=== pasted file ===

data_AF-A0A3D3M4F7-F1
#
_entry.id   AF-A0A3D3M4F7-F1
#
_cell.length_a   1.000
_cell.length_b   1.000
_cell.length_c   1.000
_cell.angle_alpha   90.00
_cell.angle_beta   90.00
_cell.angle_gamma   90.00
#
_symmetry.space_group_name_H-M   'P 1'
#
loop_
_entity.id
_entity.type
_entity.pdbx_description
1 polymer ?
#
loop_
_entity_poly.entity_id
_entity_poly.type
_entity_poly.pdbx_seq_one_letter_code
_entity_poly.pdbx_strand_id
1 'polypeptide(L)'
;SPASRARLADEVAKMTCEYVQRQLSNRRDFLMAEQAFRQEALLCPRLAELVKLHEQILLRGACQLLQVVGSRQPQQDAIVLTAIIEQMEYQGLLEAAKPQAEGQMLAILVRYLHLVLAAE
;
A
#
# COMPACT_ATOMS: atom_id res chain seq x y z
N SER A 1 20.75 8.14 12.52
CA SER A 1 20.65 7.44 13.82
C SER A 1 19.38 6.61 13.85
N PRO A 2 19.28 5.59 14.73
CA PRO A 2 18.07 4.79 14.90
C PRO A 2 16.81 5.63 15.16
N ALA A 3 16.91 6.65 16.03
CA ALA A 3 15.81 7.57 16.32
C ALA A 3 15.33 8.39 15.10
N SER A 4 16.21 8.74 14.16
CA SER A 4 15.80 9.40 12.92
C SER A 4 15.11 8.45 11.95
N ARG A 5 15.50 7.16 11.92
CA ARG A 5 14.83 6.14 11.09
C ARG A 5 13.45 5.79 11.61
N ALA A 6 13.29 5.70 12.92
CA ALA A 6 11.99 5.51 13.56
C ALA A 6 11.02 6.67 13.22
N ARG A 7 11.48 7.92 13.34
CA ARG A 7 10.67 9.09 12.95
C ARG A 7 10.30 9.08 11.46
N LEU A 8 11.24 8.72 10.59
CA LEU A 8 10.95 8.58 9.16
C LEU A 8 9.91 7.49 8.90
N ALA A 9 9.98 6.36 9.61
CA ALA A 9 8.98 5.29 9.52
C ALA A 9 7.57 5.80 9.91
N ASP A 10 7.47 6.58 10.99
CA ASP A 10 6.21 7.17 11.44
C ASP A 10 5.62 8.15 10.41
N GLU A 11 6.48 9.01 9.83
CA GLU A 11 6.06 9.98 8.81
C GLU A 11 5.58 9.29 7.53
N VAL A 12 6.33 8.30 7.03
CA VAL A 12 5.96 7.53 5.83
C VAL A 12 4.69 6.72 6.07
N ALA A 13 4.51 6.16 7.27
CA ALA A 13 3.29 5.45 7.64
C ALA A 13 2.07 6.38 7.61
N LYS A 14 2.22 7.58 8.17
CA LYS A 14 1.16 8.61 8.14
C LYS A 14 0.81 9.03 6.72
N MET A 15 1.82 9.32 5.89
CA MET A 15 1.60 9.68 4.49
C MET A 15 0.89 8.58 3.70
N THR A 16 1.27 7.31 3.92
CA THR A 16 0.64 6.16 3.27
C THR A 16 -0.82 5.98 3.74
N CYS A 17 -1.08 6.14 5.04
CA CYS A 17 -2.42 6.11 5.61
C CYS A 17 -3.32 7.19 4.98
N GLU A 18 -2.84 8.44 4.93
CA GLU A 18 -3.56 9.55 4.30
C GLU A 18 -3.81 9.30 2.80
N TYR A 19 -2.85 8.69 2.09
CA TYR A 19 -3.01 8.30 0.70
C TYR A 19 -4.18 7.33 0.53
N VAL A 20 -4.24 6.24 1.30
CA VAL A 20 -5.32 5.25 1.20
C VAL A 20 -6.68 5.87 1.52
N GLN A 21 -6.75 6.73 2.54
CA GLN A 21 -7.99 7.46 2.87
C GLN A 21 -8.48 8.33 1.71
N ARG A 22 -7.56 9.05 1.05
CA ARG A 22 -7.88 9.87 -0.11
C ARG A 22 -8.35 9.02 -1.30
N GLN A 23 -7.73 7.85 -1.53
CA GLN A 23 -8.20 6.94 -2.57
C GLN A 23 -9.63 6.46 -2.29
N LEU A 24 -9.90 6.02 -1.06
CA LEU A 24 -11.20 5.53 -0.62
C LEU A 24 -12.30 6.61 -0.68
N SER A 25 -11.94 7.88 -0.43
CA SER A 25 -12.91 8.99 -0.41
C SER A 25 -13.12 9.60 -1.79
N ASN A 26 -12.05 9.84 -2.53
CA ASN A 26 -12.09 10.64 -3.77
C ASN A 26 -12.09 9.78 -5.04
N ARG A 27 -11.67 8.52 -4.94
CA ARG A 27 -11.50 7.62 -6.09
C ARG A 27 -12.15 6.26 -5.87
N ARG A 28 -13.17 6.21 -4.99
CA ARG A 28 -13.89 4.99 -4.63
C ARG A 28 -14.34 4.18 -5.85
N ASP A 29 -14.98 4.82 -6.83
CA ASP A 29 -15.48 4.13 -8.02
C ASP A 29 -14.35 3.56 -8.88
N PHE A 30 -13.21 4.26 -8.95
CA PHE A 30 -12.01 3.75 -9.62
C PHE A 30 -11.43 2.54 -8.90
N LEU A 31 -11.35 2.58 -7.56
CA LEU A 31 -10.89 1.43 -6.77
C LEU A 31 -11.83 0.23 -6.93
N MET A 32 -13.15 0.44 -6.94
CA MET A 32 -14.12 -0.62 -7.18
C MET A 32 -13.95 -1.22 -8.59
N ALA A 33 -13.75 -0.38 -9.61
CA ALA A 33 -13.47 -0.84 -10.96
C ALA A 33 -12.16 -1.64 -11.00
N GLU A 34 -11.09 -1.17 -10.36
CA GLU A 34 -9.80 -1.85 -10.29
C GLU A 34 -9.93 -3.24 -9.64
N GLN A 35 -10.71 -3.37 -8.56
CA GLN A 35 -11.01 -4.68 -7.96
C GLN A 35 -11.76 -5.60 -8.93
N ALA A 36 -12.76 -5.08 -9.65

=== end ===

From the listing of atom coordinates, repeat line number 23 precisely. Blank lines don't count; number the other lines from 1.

_entity_poly.pdbx_seq_one_letter_code